Educational

The Mevlevis, a mystical sect of Anatolia

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As a teacher in 13th century Konya, Mevlana Celaladdin Rumi never intended to start a mystical sect. His son and grandson led the way to establishing the sect that, after 700 years, is now known worldwide. Hurriyet - Niki Gamm During the first half of the 13th century in Konya, a city in Central Anatolia Celaladdin Rumi – or “Mevlana” (our ... Read More »

Online Learning: It’s Time To Pause And Think

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The move by higher education institutions towards online learning is not the panacea many believe, writes Richard Hil. Techno-centrism, techno-imperialism/colonialism, digital chauvinism – call it what you will – today’s universities are in the grip of planners and administrators who insist that the old didactic order is fast giving way to a new era of virtual higher education. Online platforms, ... Read More »

When the Art Is Watching You

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Museums are mining detailed information from visitors, raising questions about the use of Big Data in the arts – The Wall Streer Journal - ELLEN GAMERMAN - COMMENTS One morning last week, a team of experts at New York’s Solomon R. Guggenheim Museum searched for hidden spots in the rotunda to conceal tiny electronic transmitters. The devices will enable the museum ... Read More »

Tales of Cyprus

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Con Emannuelle’s art is a record of a way of life which no longer exists and the memory of which remains to only a very few. Tales of Cyprus – Dr Jennifer M. Webb* In collecting these wonderful photographs, in painstakingly and so beautifully drawing these iconic scenes and creating these posters, he is paying tribute, with love and gratitude, to ... Read More »

Political Correctness in Diverse Workplace Fosters Creativity

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Being PC helps men and women become more creative colleagues Find Haas’ top business experts. Follow us @Haas4Media UNIVERSITY OF CALIFORNIA, BERKELEY’S HAAS SCHOOL OF BUSINESS –People may associate political correctness with conformity but new research finds it also correlates with creativity in work settings. Imposing a norm that sets clear expectations of how women and men should interact with ... Read More »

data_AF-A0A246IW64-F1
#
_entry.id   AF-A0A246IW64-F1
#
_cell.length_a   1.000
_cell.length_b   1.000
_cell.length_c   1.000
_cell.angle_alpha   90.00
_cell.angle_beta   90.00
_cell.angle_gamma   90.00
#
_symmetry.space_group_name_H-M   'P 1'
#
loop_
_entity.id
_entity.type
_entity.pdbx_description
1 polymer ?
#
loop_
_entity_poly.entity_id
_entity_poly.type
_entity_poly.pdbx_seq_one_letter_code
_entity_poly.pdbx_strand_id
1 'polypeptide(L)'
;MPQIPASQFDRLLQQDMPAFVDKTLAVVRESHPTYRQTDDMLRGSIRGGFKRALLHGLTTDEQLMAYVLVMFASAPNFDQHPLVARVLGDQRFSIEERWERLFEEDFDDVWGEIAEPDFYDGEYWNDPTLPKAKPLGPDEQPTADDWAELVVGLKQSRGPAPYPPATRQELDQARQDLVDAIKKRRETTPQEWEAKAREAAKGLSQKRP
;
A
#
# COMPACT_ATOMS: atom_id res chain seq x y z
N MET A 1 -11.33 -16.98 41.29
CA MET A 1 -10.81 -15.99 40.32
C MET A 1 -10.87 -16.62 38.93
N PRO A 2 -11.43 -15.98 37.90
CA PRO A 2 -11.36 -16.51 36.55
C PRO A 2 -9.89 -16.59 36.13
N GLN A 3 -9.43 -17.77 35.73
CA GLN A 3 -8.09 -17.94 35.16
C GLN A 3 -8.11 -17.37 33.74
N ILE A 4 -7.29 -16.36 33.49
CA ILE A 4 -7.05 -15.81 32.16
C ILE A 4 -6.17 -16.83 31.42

Atul Gawande: The Smiling Angel of a Happy Death

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It is said that victorious Roman generals, on city parades following battlefield triumphs, would be followed by a servant. “Memento Mori,” the servant would say over and over. “Remember that you have to die.” Later, still-life paintings were punctuated by symbols of the finite – rotting fruit, wilting flowers, bubbles – as reminders of life’s transience. Early self-help books, with ... Read More »

Erdoğan vows to teach Turkish children Muslim discovery of Americas

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President Recep Tayyip Erdoğan has instructed Turkey’s educational institutions to adopt a policy of highlighting the contribution of Islam to global science and arts, including the discovery of the American continent by Muslim sailors some 300 years before Columbus. “I have to be clear that there is an important responsibility falling on the shoulders of our Education Ministry and YÖK ... Read More »

Grimm brothers’ fairytales have blood and horror restored in new translation

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‘It is time for parents and publishers to stop dumbing down the tales for children,’ says editor of uncut edition Rapunzel is impregnated by her prince, the evil queen in Snow White is the princess’s biological mother, plotting to murder her own child, and a hungry mother in another story is so “unhinged and desperate” that she tells her daughters: ... Read More »

Was van Gogh Killed? New Research Says He Was Shot

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The troubled life and demise of Vincent van Gogh follows a well-known trajectory: the precocious genius, the art world’s indifference, the onset of angst and madness, and then, tragically, his suicide at age 37. Or so we thought. But according to the groundbreaking research of Pulitzer Prize-winning biographers Steven Naifeh and Gregory White Smith, the painter didn’t shoot himself: he was ... Read More »

New Scans of the Voynich Manuscript, a Medieval Book No One Can Read

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The Voynich Manuscript is one of the most obsessed-over historical enigmas. A medieval book dating from the late 15th or 16th century, its strange, flowing script has never been deciphered, its origins never determined. The 113 plant illustrations it contains seem to depict no flora found on Earth, and throughout its vellum pages are visuals of the cosmos, a small army of naked women cavorting ... Read More »